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Ghostbusters (Genesis, 1990)

Winston’s absence will not stand.

The ghostly aura around the lettering is perfect.
An otherwise great cover ruined by all the trademark crap. Couldn’t they have put that on the back?



DEVELOPER: Sega (with uncredited help by Compile)

GENRE: Platformer

RELEASE DATE: 06/30/90 – (JP), 08/90 – (US), 12/90 – (EU)

I ain’t ‘fraid of no ghosts, but I’m positively spooked by the Ghostbusters’ video game track record. The 1984 computer game was one of the worst movie-based titles not published by LJN, thanks to a focus on running errands versus busting ghosts. Because the movie was such a hit, so too was the game, and thus it was ported to just about every computer and console of its day, including the NES and Master System. Ghostbusters II on the NES has extreme difficulty and janky controls, though at least it tries to focus on ghostbusting. New Ghostbusters II was the one good Ghostbusters game to come out during the 8-bit era, but it was only released in Japan and Europe, not America.

Don’t start with me, game.

In light of the franchise’s beleaguered past, Sega’s Ghostbusters is a sigh of relief that succeeds by focusing on what fans want. Rather than waste time by filling up the Ghostbuster’s car with gas or wrestling with shoddy mechanics, you explore buildings across New York to trap ghosts both small and large.

Pure Illuminati propaganda.

Ghostbusters even features an original story, with Ray, Peter and Egon (RIP my favorite and yours, Winston) about to go broke from the lack of ghosts in the city. Suddenly, several mysterious earthquakes occur, and the phone starts to ring again. Ghosts are everywhere, including the resurrection of the Stay Puft Marshmallow Man and an evil woman named Jenna, calling herself the god of death and destruction. The boys are back in business!

Not the most intimidating spooks. Even their mini pickaxes are adorable.

Ray, Peter, and Egon are the playable characters – rather, caricatures, since they all look like exaggerated cartoon versions of themselves. Be mindful about who you pick. Once you choose one of them, you’re stuck with them for the rest of the game. Peter has average speed and strength, making him perfect for beginners. Egon is fast, but weak, while Ray is tough, but slow. If Winston was in the game, he’d have top speed and god-like strength; shame he’s not an unlockable character.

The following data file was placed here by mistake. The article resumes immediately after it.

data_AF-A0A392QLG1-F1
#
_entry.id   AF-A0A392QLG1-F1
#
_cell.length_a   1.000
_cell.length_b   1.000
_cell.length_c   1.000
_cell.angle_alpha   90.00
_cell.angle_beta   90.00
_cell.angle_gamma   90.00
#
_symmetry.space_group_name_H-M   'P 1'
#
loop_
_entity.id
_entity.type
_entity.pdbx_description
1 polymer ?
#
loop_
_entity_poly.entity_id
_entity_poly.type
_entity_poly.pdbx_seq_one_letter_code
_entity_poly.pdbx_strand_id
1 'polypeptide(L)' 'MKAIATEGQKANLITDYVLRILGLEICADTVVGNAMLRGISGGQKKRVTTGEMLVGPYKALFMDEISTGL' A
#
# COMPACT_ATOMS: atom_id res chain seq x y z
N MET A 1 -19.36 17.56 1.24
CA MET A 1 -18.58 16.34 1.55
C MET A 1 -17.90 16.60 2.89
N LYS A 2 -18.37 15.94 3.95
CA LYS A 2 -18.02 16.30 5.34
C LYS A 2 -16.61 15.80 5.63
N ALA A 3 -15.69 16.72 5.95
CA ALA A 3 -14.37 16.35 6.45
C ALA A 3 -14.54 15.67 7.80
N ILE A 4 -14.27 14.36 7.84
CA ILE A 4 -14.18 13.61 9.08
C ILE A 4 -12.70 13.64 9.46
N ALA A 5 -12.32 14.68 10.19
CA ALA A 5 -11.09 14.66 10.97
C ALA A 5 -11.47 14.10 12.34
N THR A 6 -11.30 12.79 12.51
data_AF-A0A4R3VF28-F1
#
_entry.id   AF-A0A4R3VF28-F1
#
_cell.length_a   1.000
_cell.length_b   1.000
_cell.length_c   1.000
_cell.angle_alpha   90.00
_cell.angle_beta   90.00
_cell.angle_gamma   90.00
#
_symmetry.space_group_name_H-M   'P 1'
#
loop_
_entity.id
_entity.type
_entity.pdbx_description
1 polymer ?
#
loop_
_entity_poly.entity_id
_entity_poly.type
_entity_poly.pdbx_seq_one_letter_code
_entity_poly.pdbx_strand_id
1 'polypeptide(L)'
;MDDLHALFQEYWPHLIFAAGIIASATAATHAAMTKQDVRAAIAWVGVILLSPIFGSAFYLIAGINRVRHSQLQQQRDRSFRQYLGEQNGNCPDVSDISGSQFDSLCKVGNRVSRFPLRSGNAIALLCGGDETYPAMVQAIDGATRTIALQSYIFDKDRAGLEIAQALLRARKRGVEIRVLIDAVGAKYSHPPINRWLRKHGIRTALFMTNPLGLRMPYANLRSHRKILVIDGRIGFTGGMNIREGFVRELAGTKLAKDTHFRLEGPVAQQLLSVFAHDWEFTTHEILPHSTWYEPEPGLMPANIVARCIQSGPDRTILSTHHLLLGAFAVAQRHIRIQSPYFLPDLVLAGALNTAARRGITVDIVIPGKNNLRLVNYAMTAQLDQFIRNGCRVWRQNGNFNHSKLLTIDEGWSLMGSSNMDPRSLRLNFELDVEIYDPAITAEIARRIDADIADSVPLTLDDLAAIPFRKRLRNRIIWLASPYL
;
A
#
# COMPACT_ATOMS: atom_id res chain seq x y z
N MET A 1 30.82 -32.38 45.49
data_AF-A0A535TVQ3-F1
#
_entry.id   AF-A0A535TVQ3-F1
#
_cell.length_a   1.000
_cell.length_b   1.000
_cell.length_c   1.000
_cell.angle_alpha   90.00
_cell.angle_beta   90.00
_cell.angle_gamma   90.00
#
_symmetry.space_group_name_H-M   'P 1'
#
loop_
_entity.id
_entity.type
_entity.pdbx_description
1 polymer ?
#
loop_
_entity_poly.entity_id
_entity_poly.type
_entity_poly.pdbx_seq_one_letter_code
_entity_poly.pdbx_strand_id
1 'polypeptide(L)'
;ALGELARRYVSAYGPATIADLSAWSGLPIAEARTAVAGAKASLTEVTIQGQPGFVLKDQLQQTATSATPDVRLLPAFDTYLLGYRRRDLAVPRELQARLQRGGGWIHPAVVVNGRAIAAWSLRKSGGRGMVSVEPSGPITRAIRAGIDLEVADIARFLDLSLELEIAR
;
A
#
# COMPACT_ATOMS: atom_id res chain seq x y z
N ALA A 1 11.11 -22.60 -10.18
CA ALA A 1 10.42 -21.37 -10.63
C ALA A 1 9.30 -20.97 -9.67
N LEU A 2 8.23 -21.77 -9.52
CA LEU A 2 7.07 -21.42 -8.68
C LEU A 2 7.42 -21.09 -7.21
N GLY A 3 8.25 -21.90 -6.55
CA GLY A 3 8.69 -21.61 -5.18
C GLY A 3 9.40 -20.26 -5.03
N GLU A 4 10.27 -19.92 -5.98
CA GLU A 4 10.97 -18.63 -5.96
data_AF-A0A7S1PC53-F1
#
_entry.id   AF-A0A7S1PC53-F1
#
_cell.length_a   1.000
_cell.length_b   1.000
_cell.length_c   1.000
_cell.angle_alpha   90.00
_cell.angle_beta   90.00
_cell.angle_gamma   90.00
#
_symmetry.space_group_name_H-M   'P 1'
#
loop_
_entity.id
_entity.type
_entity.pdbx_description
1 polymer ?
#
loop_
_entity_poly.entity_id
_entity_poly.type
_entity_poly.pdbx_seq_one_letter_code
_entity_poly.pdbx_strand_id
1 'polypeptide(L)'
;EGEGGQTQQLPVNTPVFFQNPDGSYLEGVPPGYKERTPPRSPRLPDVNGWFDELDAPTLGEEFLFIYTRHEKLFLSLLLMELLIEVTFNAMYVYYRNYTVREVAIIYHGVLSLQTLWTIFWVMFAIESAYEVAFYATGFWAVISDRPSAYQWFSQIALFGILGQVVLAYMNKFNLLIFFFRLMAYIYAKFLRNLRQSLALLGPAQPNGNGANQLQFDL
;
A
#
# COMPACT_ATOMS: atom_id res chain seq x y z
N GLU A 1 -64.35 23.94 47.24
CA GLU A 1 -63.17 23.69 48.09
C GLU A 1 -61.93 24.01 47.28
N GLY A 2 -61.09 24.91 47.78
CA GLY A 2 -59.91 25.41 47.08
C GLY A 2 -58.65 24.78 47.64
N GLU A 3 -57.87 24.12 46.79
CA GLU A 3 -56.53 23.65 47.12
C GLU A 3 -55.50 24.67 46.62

Stay-Puft is not impressed with Dr. Venkman’s cooking skills.

Once you choose a Buster, you can pick between four cases across the city, each with a different reward amount. Each case is set in a building – house, apartment, high-rise – all of which have several paths that require a bit of non-linear exploration to find and trap the ghosts. These are not your typical 1500 sq. ft houses or two-bedroom apartments. You’ll be climbing up 20-ft high ladders, jumping on rotten wooden platforms over fiery pits, traversing over frigid ice water. Even without the ghosts troubling the places, I’m not sure these buildings are up to code.

Pretty sure homes shouldn’t have built-in prison cells.

Your Buster is only equipped with a Normal Shot and three bombs, but as you earn money from trapping and destroying ghosts, you’ll be able to purchase better hardware. There’s a lot of needless, expensive equipment in the Weapon Shop, including a $10,000 Explosive and a $35,000 Barrier. I found the affordable Bubble Projectile, Phaser Shell, and 3-Way Shot to be the most helpful weapons for destroying the stronger ghosts. The Item Shop is also useful for replenishing your bomb supply, stocking up on delicious Peking Duck, or purchasing a handful of Infrared Scopes for darker levels.

Not my kind of party guest.

Throughout your investigations, you’ll encounter Middle Ghosts, strong mid-bosses who must be destroyed in order to reach the final boss of each area. The Middle Ghost sprites are all flawlessly designed with superb animation. The nightmares include a headless ghost with a gnarly chihuahua demon emerging from his top hat, to an icy diamond creature, to the Grim Reaper himself.

Your words of terror amuse only yourself.

Once you’ve taken the Middle Ghost down, a booger ghost known as the Spectre Spirit appears and tries to flyaway from your character. Your weapon then turns into a beam which can bring the ghost down into the already placed trap on the floor. This is trickier than it sounds. If you don’t time your zap just right, you risk the ghost escaping and running away. While this running away doesn’t prevent you from beating the level, you do miss out on extra cash if you don’t catch him.

The Eternal Kleenex awaits!

Destroy all the Middle Ghosts in an area, and the path to the main boss will open. The main bosses aren’t nearly as difficult as the Middle Ghosts to take down. Find their weak spot and fire until dead. Once they die, they’ll drop a piece of the Stone Tablet. Collecting all the Stone Tablets unlocks more of the story and two additional levels.